In 1986 Top Gun was released in theaters. Between the time of its release and its sequel 36 years later, the checklist required by CEOs from their financial wingman or wingwoman has not changed that much. As a CEO, I often talk to others in the same position from different generations. I find the demands by a CEO of their CFOs remain remarkably consistent.
If you asked CEOs back then what they wanted in a CFO they would ask for credible forecasts, dispassionate hard-headed analysis, balanced focus between the cost model and growth, teamwork, and someone who really understands the business.
Though these core tenets have not changed, it is true they have become much harder. But here are five ways that CFOs can meet the wish lists of today’s CEOs.
1. Understand the Business Strategy and Optimize Forecasting
Circumstances normally seen over the course of decades have been condensed into a couple of years. That makes forecasting more complex. Businesses struggle to project quarterly sales and are navigating ongoing shipping delays and pullbacks in demand or investment. Therefore, to meet the businesses’ top priorities, CFOs must lean on their financial planning and analysis (FP&A) function like never before. FP&A should add value by looking externally and paying attention to what’s going on with customers, the broader industry, the competitive environment, financial performance rates, and economic forecasts and integrating that information into the short-term tactics and long-term strategy.
2. Prioritize Cash Flow Planning
Obviously, any CEO needs to know about liquidity — cash cannot be an afterthought. We lean on our CFOs and their team to model cash flow in efficient ways, which helps identify how many weeks of liquidity the company has under stressed business scenarios. That includes understanding the company's sales cycle, cash outflows, and the key levers it has to play with.
3. Provide Better and Cleaner Data
Being data-driven is table stakes for any CEO and for our investors. Having poor data can sink companies. Unfortunately, few companies I have seen can say they don’t have a data quality issue.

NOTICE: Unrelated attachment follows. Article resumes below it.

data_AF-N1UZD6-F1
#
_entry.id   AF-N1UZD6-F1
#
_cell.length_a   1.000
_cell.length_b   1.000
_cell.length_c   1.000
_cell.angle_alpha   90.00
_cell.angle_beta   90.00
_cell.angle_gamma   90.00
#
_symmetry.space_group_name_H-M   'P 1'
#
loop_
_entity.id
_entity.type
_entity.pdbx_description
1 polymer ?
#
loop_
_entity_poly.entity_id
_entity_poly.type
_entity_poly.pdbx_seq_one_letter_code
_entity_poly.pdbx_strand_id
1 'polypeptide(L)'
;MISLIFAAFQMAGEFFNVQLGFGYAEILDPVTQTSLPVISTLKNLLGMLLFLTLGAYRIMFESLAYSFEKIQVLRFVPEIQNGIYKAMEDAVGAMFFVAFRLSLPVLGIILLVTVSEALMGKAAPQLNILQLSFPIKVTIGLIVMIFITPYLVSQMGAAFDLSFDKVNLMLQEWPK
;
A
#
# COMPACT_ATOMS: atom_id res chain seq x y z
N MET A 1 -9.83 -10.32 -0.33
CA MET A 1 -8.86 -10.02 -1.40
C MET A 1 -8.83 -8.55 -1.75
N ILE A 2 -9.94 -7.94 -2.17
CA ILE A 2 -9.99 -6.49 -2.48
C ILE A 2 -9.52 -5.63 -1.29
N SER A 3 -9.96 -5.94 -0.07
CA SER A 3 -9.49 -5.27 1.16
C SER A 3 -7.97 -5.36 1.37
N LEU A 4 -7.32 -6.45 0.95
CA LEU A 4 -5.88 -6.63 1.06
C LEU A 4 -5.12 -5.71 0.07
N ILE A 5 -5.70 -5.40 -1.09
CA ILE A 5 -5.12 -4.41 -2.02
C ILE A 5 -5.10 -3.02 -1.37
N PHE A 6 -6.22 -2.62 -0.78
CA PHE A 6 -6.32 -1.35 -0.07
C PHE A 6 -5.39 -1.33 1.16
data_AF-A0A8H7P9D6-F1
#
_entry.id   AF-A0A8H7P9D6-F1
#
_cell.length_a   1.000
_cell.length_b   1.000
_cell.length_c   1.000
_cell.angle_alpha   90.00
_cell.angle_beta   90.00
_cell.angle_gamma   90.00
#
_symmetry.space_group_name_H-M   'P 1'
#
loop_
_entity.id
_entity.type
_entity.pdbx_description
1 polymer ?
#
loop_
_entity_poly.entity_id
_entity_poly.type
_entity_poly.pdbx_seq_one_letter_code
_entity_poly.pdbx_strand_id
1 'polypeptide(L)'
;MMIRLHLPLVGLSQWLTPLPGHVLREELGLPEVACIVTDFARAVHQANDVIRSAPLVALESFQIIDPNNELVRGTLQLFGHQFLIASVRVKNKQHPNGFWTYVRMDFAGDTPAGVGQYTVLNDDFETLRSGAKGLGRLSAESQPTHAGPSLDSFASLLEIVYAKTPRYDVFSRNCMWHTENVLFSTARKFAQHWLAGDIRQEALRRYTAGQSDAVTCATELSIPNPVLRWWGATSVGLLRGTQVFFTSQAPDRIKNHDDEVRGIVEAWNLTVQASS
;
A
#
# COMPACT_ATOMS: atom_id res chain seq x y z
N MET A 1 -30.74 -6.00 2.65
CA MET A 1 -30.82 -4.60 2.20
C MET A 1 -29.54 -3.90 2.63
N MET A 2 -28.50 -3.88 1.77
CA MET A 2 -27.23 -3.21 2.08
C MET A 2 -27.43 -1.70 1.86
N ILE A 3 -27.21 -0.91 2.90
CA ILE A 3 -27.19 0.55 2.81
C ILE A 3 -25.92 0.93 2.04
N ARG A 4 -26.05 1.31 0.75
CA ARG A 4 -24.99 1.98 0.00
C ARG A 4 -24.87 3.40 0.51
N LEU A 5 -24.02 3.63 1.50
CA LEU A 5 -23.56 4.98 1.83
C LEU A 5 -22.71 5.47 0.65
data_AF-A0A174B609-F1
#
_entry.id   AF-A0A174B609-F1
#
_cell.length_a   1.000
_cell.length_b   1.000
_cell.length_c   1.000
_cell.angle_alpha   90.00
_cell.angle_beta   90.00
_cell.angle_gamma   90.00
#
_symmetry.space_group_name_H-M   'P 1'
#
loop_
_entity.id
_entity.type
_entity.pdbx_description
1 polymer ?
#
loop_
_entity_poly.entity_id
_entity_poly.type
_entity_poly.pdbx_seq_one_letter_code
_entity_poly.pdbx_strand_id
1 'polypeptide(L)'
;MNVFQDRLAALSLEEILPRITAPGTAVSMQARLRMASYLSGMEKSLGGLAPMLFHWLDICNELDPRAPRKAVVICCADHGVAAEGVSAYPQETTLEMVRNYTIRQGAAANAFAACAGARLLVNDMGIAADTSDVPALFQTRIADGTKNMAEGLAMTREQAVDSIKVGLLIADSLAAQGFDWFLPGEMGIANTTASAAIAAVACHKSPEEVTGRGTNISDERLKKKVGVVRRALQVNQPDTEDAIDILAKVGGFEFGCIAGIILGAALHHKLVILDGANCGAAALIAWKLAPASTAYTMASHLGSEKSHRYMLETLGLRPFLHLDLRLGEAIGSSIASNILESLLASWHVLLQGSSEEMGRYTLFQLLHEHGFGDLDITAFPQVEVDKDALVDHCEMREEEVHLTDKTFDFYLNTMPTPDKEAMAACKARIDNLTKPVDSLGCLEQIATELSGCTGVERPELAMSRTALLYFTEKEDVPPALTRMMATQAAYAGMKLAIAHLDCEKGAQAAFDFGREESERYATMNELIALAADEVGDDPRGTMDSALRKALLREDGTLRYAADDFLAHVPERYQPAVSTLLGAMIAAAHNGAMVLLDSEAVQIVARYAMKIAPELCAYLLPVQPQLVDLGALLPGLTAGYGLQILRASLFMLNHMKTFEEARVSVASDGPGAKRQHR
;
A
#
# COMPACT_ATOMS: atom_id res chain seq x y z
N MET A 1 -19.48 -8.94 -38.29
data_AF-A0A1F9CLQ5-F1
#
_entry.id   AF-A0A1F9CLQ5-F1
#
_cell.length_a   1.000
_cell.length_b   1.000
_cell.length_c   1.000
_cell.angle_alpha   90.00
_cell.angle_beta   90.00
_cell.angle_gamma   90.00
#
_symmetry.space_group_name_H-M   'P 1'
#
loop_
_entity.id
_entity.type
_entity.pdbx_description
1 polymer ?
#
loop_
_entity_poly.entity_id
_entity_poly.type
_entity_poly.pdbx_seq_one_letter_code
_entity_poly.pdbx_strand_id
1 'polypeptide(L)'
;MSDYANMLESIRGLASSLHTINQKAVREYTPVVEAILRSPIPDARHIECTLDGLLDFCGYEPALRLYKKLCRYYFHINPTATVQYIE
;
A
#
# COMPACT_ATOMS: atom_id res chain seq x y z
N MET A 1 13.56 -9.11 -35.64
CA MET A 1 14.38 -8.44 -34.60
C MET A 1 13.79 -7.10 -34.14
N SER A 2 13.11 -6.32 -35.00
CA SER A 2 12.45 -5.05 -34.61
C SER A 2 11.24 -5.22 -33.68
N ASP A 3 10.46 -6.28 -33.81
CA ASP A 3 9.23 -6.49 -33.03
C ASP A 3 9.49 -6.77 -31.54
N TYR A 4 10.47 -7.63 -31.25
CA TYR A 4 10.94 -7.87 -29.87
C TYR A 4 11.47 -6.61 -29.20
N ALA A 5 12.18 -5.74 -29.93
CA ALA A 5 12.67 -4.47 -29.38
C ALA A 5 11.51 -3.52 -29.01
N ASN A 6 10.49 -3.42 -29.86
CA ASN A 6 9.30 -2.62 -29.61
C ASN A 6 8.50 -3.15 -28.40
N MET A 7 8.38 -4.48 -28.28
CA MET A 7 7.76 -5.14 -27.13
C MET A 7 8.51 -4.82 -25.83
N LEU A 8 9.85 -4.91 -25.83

Many spend a long time in a black hole of morale-sapping time in preparing and consolidating data. In a recent survey of CFOs, we found the problem of manual data processes sees 41% of the work done manually (10 hours each week of skilled finance talent spent on manual work). This is stopping CFOs from being the effective business partner we need. In fact, 81% of CFOs believe they suffer from the most intensive daily manual work compared with any other role in the C-suite. In the worst cases, CFOs or their teams could be providing the wrong story, which is catastrophic.
In contrast, when asked what they would do if given this time back, CFOs in our survey responded by listing things CEOs want their CFO to do. We found that 52% of CFOs would spend more time on business partnering if freed up, 44% on analysis, 36% on new types of financial reporting, 33% on better communication, and 32% would enjoy a better home/life balance. All of these are vital for the success of a business and ensuring the CFO’s role remains visible and effective as a driving force for the company.
4. Challenge Legacy Technologies
Finance technology has been historically underfunded. To stress the tech gulf in FP&A teams, 47% of those in consolidated annual planning and budgeting use digital technologies. Around the time of the initial Top Gun fanfare, of course, Excel was launched. Like Tom Cruise, it has hardly aged, and Excel is used by more than 70% of CFOs at U.S. businesses for core tasks such as budgeting. But the other side of the Excel success story is that version control issues, collaboration, and time-consuming manual processes place a widespread burden on finance teams nearly forty years later. Overall, it is important that the entire ecosystem of tech is synced for the benefit of the entire company. This includes mapping all systems data, removing individual Excel pilot errors as much as possible, and ensuring the data from business units talks to each other.
5. Communicate Clearly and Know Your Audience
Working with so much uncertainty, the CEO prioritizes agile communication with all critical stakeholders. The CFO is a vital support for this. For instance, quick drill-downs into the numbers for management are vital on any given day. Some CFOs have established a cross-functional SWAT team of people in their organization to understand and identify the vital inputs critical for scenario planning. Elsewhere, CFOs spend plenty of time talking to investors, board directors, regulators, and other stakeholders, which is vital to conveying the real picture of a business in tough times.
It is crucial that CFOs are in good shape to adapt their organization, acquire new skills, provide timely information to make decisions, and optimize technology. Getting this right will keep CEOs and their businesses at the right altitude to survive and thrive in these headwinds.
Didi Gurfinkel is CEO and co-founder of Datarails.